Between April 16 and 27, up to 60 aircraft took to the air twice a day for a Frisian Flag mission.  During the ten flying days, the organisation built up a ‘war’ in a so-called building block approach, in which the scenarios increase in complexity as the exercise develops.  In line with common practice the participating fighters and bombers were assigned to a large Blue Air force and a smaller, opposing Red Air force.  Almost every possible aspect of current day air operations was practised, as Capt Jos explained: “Most missions are offensive counter air [OCA], including time-sensitive missions.  On some days, we also fly defensive counter air [DCA] missions.  All missions are flown under high-threat level.  Sorties flown during Frisian Flag include air defence, elimination of static and dynamic targets on the ground or at sea, protection of high-value air assets [HVAA] such as AWACS and tanker aircraft, and protection of slow-movers and CSAR helicopters. Usually, many aspects are combined within a single mission, that lasts no longer than an hour and a half on average.  Nevertheless, the pilots spent at least ten hours on planning, briefing, executing and debriefi ng each mission.”

No.323 TACTES Squadron has large debriefing facilities, enabling all participants to analyse each mission thoroughly during a mass debrief.  All participating aircraft carry GPS trackers, and a special computer program was used to ‘stitch’ together all GPS data to create a ‘God’s eye view’, giving a better understanding of exactly what happened during the missions.
Supporting Assets
A RNLAF Fokker 50 was called upon to play the role of slow-mover, with the aircraft operating out of Leeuwarden on three occasions.  Although the RNLAF’s two Fokker 50s were officially taken out of service on October 1, 2010, as a cost-saving measure, they have not been sold to date.  Pending a possible sale, they continue flying – albeit a limited number of hours annually – to keep them airworthy.  Leeuwarden-based AB-412SP helicopters of No.303 SAR Squadron acted as CSAR assets within the scenario.  Aircraft specialising in electronic warfare (EW) operated from Leeuwarden as well.  These included a Learjet 36A from Eelde-based Skyline Aviation in the fi rst week of the exercise, and a Royal Norwegian Air Force Falcon 20ECM from the Forsvarets Elektronisk Krigf?ring St?ttesenter (FEKS - Air Force Electronic Warfare Support Centre) 717 Skvadron at Rygge in the second week.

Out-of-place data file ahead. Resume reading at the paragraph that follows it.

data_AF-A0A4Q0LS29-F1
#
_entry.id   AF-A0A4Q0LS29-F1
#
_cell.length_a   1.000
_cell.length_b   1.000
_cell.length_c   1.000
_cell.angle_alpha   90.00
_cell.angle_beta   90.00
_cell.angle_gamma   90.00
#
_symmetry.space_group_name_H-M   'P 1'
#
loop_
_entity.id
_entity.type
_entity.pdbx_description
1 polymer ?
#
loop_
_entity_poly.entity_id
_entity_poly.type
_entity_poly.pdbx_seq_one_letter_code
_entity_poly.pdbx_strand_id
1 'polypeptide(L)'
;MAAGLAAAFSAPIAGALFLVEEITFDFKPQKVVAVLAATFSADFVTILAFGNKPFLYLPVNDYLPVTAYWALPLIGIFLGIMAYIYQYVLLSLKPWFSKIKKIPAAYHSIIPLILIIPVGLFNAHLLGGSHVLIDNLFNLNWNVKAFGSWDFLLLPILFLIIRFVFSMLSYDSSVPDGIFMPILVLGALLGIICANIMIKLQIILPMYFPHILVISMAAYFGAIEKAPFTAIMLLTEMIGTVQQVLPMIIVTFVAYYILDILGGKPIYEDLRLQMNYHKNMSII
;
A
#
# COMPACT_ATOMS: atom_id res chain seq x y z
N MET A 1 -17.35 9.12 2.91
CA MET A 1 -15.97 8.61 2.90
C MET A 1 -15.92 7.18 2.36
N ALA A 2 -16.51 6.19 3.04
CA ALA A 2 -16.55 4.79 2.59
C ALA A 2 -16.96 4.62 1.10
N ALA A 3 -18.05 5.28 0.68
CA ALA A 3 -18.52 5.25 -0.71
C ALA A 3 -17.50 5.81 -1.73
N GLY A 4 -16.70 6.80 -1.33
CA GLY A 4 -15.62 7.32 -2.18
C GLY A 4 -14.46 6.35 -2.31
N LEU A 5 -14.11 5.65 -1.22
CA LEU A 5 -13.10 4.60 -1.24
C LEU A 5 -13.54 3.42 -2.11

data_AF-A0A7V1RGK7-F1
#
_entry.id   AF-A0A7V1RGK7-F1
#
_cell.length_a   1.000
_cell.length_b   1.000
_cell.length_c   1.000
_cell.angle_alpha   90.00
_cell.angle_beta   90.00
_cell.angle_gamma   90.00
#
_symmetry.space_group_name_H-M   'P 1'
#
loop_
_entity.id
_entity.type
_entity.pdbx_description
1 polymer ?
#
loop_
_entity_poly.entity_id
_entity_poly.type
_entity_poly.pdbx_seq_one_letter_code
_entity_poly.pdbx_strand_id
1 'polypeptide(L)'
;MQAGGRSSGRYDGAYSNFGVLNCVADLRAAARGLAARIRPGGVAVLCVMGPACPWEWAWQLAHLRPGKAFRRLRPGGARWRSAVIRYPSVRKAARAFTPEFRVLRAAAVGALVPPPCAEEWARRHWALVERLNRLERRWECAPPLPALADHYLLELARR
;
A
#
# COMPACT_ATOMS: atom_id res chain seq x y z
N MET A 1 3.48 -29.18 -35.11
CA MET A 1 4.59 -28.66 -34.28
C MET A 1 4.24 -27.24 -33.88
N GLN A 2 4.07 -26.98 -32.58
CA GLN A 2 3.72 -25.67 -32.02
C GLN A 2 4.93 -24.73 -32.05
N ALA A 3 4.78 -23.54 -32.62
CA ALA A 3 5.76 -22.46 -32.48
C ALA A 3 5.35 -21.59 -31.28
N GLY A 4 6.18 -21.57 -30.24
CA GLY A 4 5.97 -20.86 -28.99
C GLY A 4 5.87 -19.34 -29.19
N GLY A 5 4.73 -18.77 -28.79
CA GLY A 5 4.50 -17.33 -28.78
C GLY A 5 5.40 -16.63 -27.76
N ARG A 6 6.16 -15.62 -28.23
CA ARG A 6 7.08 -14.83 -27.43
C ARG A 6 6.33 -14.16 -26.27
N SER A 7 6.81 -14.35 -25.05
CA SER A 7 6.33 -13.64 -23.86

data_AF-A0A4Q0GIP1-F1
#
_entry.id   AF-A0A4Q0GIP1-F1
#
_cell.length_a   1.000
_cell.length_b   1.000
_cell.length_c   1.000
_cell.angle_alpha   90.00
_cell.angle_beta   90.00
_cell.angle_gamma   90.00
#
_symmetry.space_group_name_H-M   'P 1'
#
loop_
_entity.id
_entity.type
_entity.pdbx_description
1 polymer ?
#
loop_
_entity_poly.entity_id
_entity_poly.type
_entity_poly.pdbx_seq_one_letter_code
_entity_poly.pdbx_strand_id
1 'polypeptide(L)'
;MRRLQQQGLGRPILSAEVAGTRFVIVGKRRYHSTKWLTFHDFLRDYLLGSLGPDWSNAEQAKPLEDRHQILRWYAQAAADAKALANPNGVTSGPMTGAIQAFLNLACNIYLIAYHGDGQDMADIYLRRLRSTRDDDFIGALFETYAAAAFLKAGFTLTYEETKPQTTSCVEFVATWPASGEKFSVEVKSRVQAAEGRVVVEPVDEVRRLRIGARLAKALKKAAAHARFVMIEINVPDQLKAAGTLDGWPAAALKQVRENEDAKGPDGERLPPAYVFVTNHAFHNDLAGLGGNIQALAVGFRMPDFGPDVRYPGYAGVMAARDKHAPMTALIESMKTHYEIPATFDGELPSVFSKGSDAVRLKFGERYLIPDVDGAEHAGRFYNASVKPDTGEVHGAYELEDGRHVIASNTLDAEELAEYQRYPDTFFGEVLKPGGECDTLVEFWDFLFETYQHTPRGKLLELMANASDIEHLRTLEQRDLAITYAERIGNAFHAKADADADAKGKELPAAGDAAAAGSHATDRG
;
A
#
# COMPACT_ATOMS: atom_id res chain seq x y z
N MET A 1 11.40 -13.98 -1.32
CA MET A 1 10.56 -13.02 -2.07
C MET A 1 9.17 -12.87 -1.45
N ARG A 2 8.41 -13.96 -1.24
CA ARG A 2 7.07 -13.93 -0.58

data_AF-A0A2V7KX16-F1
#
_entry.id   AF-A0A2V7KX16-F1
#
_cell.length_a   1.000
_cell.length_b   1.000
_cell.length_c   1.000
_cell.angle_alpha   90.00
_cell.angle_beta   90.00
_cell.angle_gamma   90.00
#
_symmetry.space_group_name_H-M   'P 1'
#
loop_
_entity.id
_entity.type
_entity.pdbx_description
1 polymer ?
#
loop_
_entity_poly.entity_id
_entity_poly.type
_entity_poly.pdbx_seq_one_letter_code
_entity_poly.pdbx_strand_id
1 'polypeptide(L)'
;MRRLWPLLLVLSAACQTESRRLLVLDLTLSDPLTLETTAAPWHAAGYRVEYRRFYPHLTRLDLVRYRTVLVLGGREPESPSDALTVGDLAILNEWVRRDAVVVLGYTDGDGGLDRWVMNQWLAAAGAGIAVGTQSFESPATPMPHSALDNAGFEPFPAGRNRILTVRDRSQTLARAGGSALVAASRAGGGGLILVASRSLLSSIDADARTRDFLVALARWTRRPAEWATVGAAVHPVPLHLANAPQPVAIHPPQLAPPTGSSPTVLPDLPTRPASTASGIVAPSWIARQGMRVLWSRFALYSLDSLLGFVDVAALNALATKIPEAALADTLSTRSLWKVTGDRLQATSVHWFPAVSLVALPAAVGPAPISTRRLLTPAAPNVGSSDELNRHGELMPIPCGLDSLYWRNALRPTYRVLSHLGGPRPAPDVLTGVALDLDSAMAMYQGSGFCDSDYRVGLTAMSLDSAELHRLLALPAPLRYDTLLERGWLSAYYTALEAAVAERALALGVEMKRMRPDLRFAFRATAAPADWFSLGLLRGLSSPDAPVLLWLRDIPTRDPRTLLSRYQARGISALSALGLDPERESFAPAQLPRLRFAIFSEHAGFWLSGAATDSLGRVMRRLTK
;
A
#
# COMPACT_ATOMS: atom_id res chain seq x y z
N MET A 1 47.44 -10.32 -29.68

Working alongside the Red Air fighters were ground-based air defence units located in the Marnewaard military training area, at the Cornfield range and various other spots in the exercise area.  These included Dutch Patriot surface-to-air missile (SAM) batteries defending the northern part of the Netherlands, as well as a Russian-built SA-6 Gainful SAM system.  “The latter is a real threat system operated by the German Bundeswehr, not a simulated system.  It was placed in a location unknown to the pilots, to add some surprise for them,” according to the project officer.  Inflatable targets combined with ‘smokey SAMs’ were also used to provide an extra realistic touch to the training.

The RNLAF Air Operations and Control Station (AOCS) in Nieuw Milligen and the German Control and Reporting Centre (CRC) in Sch?newalde, together with the AWACS’, provided the air picture for the participants.  Similar to 2010, the Dutch tri-service National Datalink Management Cell (NDMC) deployed to Leeuwarden for the duration of the exercise.  The NDMC not only manages Link 16 systems, its operators can also add virtual assets to the exercise.  Joint Tactical Air Controllers (JTACs) from the Special Forces within the Royal Netherlands Army and the Royal Netherlands Marine Corps, working in both the Netherlands and Germany, guided the jets to their targets during close air support (CAS) operations.